Revise and strengthen local police department use of force policies . . .
End traffic-related police killings and dangerous high-speed police chases . . .
Monitor how police use force and proactively hold officers accountable for excessive force . . .
4. Independently investigate and prosecute
Local prosecutors rely on local police departments to gather the evidence and testimony they need to successfully prosecute criminals. This makes it hard for them to investigate and prosecute the same police officers in cases of police violence. These cases should not rely on the police to investigate themselves and should not be prosecuted by someone who has an incentive to protect the police officers involved.
Lower the standard of proof for Department of Justice civil rights investigations of police officers . . .
Use federal funds to encourage independent investigations and prosecutions . . .
Establish a permanent Special Prosecutor’s Office at the State level for cases of police violence . . .
Require independent investigations of all cases where police kill or seriously injure civilians. . .
5. Community Representation
While white men represent less than one third of the U.S. population, they comprise about two thirds of U.S. police officers. The police should reflect and be responsive to the cultural, racial and gender diversity of the communities they are supposed to serve.
Increase the number of police officers who reflect the communities they serve. . .
Use community feedback to inform police department policies and practices. . .
6. Body Cams / film the police
While they are not a cure-all, body cameras and cell phone video have illuminated cases of police violence and have shown to be important tools for holding officers accountable. Nearly every case where a police officer has been charged with a crime for killing a civilian this year has relied on video evidence showing the officer’s actions.
Body cameras Require the use of body cameras – in addition to dashboard cameras – and establish policies governing their use to…
The current training regime for police officers fails to effectively teach them how to interact with our communities in a way that protects and preserves life. For example, police recruits spend 58 hours learning how to shoot firearms and only 8 hours learning how to de-escalate situations. An intensive training regime is needed to help police officers learn the behaviors and skills to interact appropriately with communities.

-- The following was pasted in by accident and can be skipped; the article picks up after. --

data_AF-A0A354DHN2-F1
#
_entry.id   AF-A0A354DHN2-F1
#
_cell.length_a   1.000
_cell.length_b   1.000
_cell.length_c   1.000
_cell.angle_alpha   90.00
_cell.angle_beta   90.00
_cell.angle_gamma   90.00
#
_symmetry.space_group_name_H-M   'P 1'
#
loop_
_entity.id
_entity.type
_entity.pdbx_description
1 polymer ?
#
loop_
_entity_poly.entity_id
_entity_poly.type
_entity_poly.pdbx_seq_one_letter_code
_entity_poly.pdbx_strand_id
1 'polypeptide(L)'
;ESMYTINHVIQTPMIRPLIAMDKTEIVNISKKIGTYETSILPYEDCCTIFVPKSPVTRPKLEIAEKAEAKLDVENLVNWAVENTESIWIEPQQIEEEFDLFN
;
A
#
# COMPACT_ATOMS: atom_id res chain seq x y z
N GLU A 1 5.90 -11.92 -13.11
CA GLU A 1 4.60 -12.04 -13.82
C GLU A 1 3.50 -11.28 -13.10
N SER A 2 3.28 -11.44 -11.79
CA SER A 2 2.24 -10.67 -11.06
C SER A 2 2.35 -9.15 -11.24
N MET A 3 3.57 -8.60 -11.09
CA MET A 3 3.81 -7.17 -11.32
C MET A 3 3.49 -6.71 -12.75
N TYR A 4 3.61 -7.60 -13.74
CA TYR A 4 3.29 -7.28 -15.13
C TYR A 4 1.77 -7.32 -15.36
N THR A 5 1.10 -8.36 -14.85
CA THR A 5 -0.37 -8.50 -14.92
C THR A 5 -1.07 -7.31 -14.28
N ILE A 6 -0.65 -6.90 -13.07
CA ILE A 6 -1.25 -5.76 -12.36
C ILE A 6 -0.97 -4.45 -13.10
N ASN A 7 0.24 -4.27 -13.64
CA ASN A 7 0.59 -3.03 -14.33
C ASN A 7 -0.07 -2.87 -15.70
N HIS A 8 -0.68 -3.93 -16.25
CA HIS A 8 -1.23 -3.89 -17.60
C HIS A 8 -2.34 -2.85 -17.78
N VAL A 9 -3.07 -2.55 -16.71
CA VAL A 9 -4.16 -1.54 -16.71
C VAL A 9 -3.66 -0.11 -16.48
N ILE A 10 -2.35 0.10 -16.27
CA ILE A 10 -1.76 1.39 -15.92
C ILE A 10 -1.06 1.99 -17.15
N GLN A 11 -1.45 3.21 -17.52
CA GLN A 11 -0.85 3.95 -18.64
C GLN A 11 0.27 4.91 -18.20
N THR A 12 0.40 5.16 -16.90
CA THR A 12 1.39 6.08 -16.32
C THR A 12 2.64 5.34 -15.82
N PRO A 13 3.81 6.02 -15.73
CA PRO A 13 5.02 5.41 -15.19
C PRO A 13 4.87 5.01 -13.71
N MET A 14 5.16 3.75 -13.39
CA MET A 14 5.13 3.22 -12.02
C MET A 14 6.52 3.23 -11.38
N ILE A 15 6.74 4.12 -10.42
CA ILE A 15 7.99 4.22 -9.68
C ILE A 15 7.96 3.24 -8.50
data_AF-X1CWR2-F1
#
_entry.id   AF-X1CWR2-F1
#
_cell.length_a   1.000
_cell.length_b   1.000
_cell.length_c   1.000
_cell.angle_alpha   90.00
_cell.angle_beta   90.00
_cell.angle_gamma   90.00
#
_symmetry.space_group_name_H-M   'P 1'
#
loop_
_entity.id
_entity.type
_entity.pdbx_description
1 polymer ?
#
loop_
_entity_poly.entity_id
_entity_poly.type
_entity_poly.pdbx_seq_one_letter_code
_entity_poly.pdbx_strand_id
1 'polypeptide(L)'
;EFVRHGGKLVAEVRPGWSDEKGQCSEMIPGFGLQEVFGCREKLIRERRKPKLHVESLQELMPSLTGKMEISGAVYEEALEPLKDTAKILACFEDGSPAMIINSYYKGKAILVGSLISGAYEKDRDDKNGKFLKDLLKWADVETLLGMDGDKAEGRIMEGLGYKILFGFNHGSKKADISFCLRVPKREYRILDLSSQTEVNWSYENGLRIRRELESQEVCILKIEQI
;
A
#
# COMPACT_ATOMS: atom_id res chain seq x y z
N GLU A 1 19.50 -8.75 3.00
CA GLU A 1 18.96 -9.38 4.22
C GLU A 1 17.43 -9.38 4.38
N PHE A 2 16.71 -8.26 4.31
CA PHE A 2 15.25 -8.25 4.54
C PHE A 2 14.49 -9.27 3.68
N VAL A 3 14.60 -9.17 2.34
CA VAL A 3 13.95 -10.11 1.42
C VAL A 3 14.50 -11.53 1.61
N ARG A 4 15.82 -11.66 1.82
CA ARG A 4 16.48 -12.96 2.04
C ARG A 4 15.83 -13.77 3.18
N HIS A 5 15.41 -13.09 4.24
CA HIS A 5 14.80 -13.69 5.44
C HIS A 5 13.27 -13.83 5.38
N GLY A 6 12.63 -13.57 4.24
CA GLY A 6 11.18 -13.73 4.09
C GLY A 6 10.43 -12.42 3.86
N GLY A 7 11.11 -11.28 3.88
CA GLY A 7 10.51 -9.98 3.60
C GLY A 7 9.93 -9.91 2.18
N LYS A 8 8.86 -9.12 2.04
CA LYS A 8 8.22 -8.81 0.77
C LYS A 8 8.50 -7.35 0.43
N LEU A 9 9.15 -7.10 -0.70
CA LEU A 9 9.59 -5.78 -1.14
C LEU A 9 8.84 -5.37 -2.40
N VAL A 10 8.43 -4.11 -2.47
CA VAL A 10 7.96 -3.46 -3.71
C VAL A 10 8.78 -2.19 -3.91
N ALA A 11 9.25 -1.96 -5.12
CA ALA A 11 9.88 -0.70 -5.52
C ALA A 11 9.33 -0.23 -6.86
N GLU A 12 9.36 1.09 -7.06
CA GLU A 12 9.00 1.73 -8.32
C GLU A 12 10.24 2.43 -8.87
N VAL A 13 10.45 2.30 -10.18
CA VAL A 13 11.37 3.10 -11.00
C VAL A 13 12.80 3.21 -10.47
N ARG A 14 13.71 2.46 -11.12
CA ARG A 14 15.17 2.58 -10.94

Invest in Rigorous and Sustained Training…
Intentionally consider ‘unconscious’ or ‘implicit’ racial bias…
8. End for-profit policing
Police should be working to keep people safe, not contributing to a system that profits from stopping, searching, ticketing, arresting and incarcerating people.
End police department quotas for tickets and arrests . . .
Limit fines and fees for low-income people . .
The events in Ferguson have introduced the nation to the ways that local police departments can misuse military weaponry to intimidate and repress communities. In 2014, militarized SWAT teams killed at least 38 people. The following policies limit police departments from obtaining or using these weapons on our streets.
End the Federal Government’s 1033 Program Providing Military Weaponry to Local Police Departments . . .
Establish Local Restrictions to Prevent Police Departments from Purchasing or Using Military Weaponry. . .
10. Fair Police union Contracts
Police unions have used their influence to establish unfair protections for police officers in their contracts with local, state and federal government and in statewide Law Enforcement Officers’ Bills of Rights. These provisions create one set of rules for police and another for civilians, and make it difficult for Police Chiefs or civilian oversight structures to punish police officers who are unfit to serve. Learn more about how police union contracts help officers avoid accountability here.
Remove barriers to effective misconduct investigations and civilian oversight . . .
Keep officers’ disciplinary history accessible to police departments and the public . . .
Ensure officers do not get paid after they kill or seriously injure a civilian . . .
For the full document: joincampaignzero.org